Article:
I suppose I believed, naively it now seems, that Texas was ready for a woman with a hyphenated name. After all, it was 1991, and I knew an artist* who had shared his wife's name for over 15 years without difficulty. The British have had hyphenated names for centuries. Magazines were full of interviews with well-known celebrities sporting double names. How complicated could this be?
Now I had spent the first 35 years of my life with Chance. I had a friend with a complicated Greek last name who made all of his reservations by saying "First name, Jay. Last name, I'll spell it." You would think that unnecessary with a common, everyday word like Chance for a last name. Ah, if only it were so. I got Chase, Chantz, Chintz, Chants, Chan and mostly, "can you spell that?". I finally took to just saying "Chance, as in - take a".
I'm not sure why I thought Chance-Rainwater would be any better. I liked the little joke embedded in the name, the joke that only I get, apparently, because no one ever comments on it. The real joke was on me.
For starters, most people do not realize that two words connected by a hyphen should be treated as a single word. They automatically split off the last half and say Mrs. Rainwater. When corrected, they simply don't know what to do. At the dry cleaners, they have taken to calling me Mrs. Chancewater. It's not uncommon to hear Mrs. Chancerainwa..., as if the speaker is just embarrassed to say the entire name. I wonder if Nadja Salerno-Sonnenberg has this much trouble picking up her dry cleaning?
Then there's the length problem. I think it was a prescription label where this problem first surfaced. The name simply wouldn't fit in the space the computer thought proper for a last name. The pharmacist settled for abbreviating it to Chance-RainH2O. That worked for a man with chemistry background, but confused the heck out of the little slacker clerks behind the counter. "Last name" they would demand. "Chance-Rainwater" I would reply, and they would head straight for the basket marked R, and return with the news that there was no prescription. "Try looking under C", I would suggest. "Why?" they would ask. "It's the first letter of my last name." I would say in exasperation. I think they finally have the hang of it, after seven years of trying. They never did catch on in the photo processing department - we just had to take our film somewhere else.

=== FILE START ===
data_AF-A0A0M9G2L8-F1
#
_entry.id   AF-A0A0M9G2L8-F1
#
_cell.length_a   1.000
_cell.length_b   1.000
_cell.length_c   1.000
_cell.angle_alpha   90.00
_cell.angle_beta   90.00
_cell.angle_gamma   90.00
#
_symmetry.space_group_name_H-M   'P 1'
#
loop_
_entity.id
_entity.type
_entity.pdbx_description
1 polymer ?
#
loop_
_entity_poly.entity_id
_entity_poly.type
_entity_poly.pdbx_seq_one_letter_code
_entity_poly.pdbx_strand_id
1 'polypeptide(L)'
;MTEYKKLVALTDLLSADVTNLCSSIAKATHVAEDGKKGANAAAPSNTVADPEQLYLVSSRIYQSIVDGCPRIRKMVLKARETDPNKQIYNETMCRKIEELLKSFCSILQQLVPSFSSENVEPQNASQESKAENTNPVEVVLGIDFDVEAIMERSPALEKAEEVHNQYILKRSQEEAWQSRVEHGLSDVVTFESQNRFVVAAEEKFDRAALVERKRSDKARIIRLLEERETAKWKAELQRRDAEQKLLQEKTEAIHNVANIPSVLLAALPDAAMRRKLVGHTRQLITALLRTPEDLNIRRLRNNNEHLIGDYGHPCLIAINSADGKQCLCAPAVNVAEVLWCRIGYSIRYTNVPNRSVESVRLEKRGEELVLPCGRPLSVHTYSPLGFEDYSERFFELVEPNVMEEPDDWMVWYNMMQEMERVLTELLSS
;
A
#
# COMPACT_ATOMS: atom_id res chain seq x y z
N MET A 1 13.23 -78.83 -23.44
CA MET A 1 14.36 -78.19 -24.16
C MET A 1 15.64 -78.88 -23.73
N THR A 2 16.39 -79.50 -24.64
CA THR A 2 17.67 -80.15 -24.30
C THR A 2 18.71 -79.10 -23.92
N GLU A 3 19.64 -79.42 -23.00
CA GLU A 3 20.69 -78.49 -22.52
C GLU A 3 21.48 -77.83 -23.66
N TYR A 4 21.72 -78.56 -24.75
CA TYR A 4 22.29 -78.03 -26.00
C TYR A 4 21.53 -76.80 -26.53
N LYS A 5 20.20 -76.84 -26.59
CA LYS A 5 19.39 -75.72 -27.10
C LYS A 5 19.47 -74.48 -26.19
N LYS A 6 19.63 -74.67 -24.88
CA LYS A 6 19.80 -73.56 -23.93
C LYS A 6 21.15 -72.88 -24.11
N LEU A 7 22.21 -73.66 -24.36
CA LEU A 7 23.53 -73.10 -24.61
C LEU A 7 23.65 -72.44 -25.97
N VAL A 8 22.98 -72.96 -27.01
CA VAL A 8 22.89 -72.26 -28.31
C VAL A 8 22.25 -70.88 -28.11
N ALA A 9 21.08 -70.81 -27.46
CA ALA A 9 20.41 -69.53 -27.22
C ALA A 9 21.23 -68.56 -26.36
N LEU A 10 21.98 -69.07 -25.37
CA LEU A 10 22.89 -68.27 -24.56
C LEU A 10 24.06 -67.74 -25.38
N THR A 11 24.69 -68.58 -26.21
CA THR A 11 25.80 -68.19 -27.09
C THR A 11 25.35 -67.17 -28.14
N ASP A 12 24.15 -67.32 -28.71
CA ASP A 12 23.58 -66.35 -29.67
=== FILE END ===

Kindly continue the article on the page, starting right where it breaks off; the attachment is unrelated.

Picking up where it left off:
My doctor's office likewise wanted to file my records under R. When I insisted that they be properly filed under C, the clerk responded "Well, then you'll always have to tell me Chance-Rainwater" as if I were going to come in one day demanding that my name was Schopenhauser. I suppose you would file that under H.
The other day, I was standing in line at the pharmacy. The woman ahead of me was vainly trying to get the clerk to look for her prescription under S. "Hyphenated last name?" I asked. She nodded. "Me too," I said "I had no idea how much trouble it was going to be.". "Yeah," she replied, "but it's worth it.".
*Dallas-based artist Ken Loss-Cutler died quite unexpectedly of a heart attack on January 14, 2000. His ebullient charm and energy will be missed by all those who knew him.
Copyright © 1999-2003 Susan Chance-Rainwater